Currently, manufacturers must pass a State Food and Drug Administration (SFDA) quality audit to receive a medical device manufacturing license. These audits, however, are based upon locally developed—rather than international—standards. SFDA is developing compulsory GMPs for China’s medical device industry. During 2007-08, standards equivalent to ISO 9001 and ISO 13485 are being implemented for sterile and implantable devices. SFDA plans to extend these standards to all medical devices by 2012.
The primary medical device manufacturing regulations are the Provisions on Supervision and Administration of Medical Device Manufacturing (2004) and the Provisions on the Daily Supervision of Medical Device Manufacturing (2006). Guidelines on the new implementation of GMPs also were issued in 2006 and 2007.
For many years, India was seen as a poor second to East Asia for contract manufacturing due to cumbersome government oversight, poor infrastructure, etc. However, over the past decade, significant advances have occurred at the bureaucratic and the productive level. India also has lower labor costs than China. Technical capabilities are improving, and the availability of English-speaking workers makes collaboration easier.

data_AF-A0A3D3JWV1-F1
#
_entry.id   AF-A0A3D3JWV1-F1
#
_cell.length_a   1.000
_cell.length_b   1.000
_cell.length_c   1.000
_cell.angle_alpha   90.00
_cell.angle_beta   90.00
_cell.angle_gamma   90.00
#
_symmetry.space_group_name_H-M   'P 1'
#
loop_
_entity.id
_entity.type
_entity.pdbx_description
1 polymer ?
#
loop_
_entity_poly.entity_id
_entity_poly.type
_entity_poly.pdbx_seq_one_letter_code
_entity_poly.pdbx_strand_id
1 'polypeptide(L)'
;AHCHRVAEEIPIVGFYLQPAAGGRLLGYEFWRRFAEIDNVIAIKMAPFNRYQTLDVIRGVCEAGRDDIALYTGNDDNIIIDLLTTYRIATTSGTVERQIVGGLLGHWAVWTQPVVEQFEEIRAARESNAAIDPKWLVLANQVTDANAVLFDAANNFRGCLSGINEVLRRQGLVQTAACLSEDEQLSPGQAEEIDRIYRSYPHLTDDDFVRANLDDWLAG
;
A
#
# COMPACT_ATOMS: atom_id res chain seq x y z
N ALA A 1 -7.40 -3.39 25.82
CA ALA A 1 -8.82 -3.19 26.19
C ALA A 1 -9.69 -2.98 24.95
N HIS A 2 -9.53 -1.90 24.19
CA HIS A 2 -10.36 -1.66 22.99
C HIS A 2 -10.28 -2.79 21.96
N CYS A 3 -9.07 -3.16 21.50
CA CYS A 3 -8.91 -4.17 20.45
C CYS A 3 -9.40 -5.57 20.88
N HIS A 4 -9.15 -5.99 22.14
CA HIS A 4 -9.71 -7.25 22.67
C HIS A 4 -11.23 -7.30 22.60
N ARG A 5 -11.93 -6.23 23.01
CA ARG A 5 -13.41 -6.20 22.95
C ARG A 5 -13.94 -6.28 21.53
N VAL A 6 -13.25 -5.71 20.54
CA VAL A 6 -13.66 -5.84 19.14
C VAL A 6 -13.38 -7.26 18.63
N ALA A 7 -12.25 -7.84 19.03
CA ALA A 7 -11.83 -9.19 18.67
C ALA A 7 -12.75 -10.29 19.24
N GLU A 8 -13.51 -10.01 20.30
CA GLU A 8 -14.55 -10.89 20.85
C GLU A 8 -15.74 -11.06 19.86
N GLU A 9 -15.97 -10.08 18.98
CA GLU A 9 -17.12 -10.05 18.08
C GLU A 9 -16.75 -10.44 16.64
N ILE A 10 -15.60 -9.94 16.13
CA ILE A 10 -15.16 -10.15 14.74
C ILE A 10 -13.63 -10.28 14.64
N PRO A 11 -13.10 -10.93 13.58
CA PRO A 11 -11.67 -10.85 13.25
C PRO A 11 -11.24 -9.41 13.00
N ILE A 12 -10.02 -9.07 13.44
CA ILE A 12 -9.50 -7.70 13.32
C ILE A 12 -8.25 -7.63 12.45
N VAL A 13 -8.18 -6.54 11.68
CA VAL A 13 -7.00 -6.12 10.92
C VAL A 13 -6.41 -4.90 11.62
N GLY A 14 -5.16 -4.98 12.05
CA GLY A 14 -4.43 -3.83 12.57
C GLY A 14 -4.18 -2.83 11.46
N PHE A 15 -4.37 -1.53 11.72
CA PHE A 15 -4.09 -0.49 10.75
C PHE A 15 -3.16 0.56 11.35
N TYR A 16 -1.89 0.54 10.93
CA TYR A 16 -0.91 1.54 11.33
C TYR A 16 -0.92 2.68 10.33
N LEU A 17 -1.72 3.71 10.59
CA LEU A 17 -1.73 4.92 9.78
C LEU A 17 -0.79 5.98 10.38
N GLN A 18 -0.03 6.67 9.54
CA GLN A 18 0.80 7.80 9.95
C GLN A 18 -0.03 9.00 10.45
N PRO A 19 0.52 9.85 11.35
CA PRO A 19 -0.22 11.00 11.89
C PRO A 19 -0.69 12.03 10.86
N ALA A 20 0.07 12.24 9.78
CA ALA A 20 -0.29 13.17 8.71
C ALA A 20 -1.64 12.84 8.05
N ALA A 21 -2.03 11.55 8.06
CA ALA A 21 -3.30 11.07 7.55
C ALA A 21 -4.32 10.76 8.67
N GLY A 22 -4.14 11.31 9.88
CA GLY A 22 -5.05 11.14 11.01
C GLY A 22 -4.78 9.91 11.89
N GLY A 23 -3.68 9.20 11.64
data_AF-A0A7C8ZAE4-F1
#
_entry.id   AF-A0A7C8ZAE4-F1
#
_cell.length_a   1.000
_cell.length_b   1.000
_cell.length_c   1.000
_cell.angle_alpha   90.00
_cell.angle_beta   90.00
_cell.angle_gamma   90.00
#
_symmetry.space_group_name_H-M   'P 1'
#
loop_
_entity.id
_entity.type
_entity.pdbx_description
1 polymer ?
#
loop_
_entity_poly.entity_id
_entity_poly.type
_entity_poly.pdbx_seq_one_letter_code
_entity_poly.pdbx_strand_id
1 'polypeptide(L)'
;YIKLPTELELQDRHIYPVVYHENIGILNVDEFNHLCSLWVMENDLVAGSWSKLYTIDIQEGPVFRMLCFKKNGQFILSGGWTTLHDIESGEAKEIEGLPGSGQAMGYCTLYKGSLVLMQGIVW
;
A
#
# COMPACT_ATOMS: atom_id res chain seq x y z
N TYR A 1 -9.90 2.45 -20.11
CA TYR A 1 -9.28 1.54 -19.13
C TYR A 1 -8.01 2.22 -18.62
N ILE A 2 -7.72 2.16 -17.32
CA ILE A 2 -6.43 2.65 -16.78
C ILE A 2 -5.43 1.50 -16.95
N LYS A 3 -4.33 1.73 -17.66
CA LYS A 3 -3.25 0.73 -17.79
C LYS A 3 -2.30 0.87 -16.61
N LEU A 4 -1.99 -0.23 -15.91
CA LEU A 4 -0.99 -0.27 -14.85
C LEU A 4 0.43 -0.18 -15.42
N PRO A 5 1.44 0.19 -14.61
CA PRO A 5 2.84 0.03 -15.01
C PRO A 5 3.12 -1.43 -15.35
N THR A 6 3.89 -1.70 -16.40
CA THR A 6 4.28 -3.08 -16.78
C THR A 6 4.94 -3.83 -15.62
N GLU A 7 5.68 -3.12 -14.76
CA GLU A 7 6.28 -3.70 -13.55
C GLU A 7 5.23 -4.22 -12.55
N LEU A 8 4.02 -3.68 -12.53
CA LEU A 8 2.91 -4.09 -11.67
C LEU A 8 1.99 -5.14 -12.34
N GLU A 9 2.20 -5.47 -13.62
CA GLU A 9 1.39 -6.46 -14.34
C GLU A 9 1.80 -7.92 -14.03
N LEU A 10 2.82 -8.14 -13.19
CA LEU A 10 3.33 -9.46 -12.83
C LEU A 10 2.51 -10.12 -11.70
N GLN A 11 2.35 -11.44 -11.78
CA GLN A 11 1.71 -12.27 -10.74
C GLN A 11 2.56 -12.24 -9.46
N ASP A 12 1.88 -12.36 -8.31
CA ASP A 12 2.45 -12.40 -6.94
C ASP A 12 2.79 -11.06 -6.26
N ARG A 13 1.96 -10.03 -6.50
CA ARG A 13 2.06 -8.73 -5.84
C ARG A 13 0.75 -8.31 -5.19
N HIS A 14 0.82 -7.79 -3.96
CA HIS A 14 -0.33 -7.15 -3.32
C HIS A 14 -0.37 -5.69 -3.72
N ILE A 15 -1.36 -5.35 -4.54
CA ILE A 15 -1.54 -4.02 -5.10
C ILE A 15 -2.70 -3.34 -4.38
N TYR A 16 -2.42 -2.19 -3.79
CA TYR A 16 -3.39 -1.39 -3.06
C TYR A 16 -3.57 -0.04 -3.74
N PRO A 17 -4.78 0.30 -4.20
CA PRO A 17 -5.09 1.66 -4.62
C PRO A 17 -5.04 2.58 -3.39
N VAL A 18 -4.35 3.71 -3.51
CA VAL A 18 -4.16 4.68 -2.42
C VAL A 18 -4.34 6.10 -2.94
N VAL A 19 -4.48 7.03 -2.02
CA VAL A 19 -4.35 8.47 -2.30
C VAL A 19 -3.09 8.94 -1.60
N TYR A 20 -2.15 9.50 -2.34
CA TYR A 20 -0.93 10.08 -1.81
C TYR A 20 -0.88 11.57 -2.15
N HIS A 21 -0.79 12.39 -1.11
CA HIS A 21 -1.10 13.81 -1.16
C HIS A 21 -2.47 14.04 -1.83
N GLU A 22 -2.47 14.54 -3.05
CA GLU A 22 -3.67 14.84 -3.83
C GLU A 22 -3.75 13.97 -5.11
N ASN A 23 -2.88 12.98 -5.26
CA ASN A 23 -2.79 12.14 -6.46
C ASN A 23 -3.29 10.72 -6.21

India has more than 60 SEZs, which offer companies five-year income tax holidays and many other exemptions for taxes and customs duties. The government is also working to relax labor laws in these areas, making them particularly attractive to international business.
The current Indian regulatory structure does not cover medical devices. Device manufacturers require approval of their facilities only if their products are regulated as drugs. Regulated products include disposable syringes and needles, IVDs, sterile single-use disposable devices, cardiac or drug-eluting stents, catheters and orthopedic implants.